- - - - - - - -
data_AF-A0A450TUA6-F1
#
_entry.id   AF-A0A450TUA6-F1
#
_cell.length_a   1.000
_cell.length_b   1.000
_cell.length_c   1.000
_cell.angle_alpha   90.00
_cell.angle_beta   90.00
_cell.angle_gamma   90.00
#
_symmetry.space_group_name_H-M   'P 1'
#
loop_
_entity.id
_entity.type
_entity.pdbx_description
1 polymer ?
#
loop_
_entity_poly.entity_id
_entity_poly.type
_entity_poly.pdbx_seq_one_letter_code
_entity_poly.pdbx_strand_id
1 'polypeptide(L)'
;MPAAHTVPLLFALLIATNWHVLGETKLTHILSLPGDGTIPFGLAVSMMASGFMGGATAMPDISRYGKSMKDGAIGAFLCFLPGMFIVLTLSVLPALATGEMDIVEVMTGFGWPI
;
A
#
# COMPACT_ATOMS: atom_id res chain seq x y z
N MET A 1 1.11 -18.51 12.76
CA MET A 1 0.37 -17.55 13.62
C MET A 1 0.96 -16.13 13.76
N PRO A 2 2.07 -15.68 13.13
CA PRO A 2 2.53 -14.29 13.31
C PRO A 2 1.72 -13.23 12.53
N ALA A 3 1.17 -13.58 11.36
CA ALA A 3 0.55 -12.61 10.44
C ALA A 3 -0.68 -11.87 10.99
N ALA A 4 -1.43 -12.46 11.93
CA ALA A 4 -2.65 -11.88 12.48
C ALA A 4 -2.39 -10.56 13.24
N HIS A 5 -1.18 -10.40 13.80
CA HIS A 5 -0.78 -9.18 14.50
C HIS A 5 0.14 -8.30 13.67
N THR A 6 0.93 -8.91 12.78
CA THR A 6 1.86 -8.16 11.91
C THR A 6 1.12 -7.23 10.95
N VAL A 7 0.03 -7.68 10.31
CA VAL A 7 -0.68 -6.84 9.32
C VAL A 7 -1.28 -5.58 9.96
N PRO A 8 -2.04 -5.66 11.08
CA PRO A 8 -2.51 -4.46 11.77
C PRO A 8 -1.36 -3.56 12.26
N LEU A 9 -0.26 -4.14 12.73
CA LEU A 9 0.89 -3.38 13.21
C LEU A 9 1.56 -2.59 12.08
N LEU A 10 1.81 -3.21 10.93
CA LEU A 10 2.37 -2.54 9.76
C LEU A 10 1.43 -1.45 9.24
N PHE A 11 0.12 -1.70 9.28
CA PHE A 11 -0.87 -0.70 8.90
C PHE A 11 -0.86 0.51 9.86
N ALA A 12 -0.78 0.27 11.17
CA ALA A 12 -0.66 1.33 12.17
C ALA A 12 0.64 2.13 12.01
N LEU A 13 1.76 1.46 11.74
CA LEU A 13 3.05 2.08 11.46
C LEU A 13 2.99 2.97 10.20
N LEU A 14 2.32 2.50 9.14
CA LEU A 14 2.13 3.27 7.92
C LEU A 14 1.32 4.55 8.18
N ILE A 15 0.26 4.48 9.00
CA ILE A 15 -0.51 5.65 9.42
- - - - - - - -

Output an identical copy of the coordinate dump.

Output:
data_AF-A0A450TUA6-F1
#
_entry.id   AF-A0A450TUA6-F1
#
_cell.length_a   1.000
_cell.length_b   1.000
_cell.length_c   1.000
_cell.angle_alpha   90.00
_cell.angle_beta   90.00
_cell.angle_gamma   90.00
#
_symmetry.space_group_name_H-M   'P 1'
#
loop_
_entity.id
_entity.type
_entity.pdbx_description
1 polymer ?
#
loop_
_entity_poly.entity_id
_entity_poly.type
_entity_poly.pdbx_seq_one_letter_code
_entity_poly.pdbx_strand_id
1 'polypeptide(L)'
;MPAAHTVPLLFALLIATNWHVLGETKLTHILSLPGDGTIPFGLAVSMMASGFMGGATAMPDISRYGKSMKDGAIGAFLCFLPGMFIVLTLSVLPALATGEMDIVEVMTGFGWPI
;
A
#
# COMPACT_ATOMS: atom_id res chain seq x y z
N MET A 1 1.11 -18.51 12.76
CA MET A 1 0.37 -17.55 13.62
C MET A 1 0.96 -16.13 13.76
N PRO A 2 2.07 -15.68 13.13
CA PRO A 2 2.53 -14.29 13.31
C PRO A 2 1.72 -13.23 12.53
N ALA A 3 1.17 -13.58 11.36
CA ALA A 3 0.55 -12.61 10.44
C ALA A 3 -0.68 -11.87 10.99
N ALA A 4 -1.43 -12.46 11.93
CA ALA A 4 -2.65 -11.88 12.48
C ALA A 4 -2.39 -10.56 13.24
N HIS A 5 -1.18 -10.40 13.80
CA HIS A 5 -0.78 -9.18 14.50
C HIS A 5 0.14 -8.30 13.67
N THR A 6 0.93 -8.91 12.78
CA THR A 6 1.86 -8.16 11.91
C THR A 6 1.12 -7.23 10.95
N VAL A 7 0.03 -7.68 10.31
CA VAL A 7 -0.68 -6.84 9.32
C VAL A 7 -1.28 -5.58 9.96
N PRO A 8 -2.04 -5.66 11.08
CA PRO A 8 -2.51 -4.46 11.77
C PRO A 8 -1.36 -3.56 12.26
N LEU A 9 -0.26 -4.14 12.73
CA LEU A 9 0.89 -3.38 13.21
C LEU A 9 1.56 -2.59 12.08
N LEU A 10 1.81 -3.21 10.93
CA LEU A 10 2.37 -2.54 9.76
C LEU A 10 1.43 -1.45 9.24
N PHE A 11 0.12 -1.70 9.28
CA PHE A 11 -0.87 -0.70 8.90
C PHE A 11 -0.86 0.51 9.86
N ALA A 12 -0.78 0.27 11.17
CA ALA A 12 -0.66 1.33 12.17
C ALA A 12 0.64 2.13 12.01
N LEU A 13 1.76 1.46 11.74
CA LEU A 13 3.05 2.08 11.46
C LEU A 13 2.99 2.97 10.20
N LEU A 14 2.32 2.50 9.14
CA LEU A 14 2.13 3.27 7.92
C LEU A 14 1.32 4.55 8.18
N ILE A 15 0.26 4.48 9.00
CA ILE A 15 -0.51 5.65 9.42